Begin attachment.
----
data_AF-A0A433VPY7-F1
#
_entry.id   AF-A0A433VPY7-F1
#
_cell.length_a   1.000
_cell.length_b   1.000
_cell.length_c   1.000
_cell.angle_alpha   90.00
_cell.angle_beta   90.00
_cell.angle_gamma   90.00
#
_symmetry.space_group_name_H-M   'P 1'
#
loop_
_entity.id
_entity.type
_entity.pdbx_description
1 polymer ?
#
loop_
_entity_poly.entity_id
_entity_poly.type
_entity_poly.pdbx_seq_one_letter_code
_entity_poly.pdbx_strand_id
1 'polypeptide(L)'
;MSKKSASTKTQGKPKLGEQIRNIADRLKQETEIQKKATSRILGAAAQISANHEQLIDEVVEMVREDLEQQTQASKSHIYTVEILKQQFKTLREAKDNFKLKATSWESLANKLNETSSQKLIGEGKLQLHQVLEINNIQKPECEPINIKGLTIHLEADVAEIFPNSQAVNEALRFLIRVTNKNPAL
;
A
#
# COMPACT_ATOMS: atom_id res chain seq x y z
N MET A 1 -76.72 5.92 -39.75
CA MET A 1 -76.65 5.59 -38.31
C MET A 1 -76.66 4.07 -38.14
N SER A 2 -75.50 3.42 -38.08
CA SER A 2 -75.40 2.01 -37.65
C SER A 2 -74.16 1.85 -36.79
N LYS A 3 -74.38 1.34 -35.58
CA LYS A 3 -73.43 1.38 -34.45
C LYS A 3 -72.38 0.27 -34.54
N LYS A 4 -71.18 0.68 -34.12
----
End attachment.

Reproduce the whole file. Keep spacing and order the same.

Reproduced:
data_AF-A0A433VPY7-F1
#
_entry.id   AF-A0A433VPY7-F1
#
_cell.length_a   1.000
_cell.length_b   1.000
_cell.length_c   1.000
_cell.angle_alpha   90.00
_cell.angle_beta   90.00
_cell.angle_gamma   90.00
#
_symmetry.space_group_name_H-M   'P 1'
#
loop_
_entity.id
_entity.type
_entity.pdbx_description
1 polymer ?
#
loop_
_entity_poly.entity_id
_entity_poly.type
_entity_poly.pdbx_seq_one_letter_code
_entity_poly.pdbx_strand_id
1 'polypeptide(L)'
;MSKKSASTKTQGKPKLGEQIRNIADRLKQETEIQKKATSRILGAAAQISANHEQLIDEVVEMVREDLEQQTQASKSHIYTVEILKQQFKTLREAKDNFKLKATSWESLANKLNETSSQKLIGEGKLQLHQVLEINNIQKPECEPINIKGLTIHLEADVAEIFPNSQAVNEALRFLIRVTNKNPAL
;
A
#
# COMPACT_ATOMS: atom_id res chain seq x y z
N MET A 1 -76.72 5.92 -39.75
CA MET A 1 -76.65 5.59 -38.31
C MET A 1 -76.66 4.07 -38.14
N SER A 2 -75.50 3.42 -38.08
CA SER A 2 -75.40 2.01 -37.65
C SER A 2 -74.16 1.85 -36.79
N LYS A 3 -74.38 1.34 -35.58
CA LYS A 3 -73.43 1.38 -34.45
C LYS A 3 -72.38 0.27 -34.54
N LYS A 4 -71.18 0.68 -34.12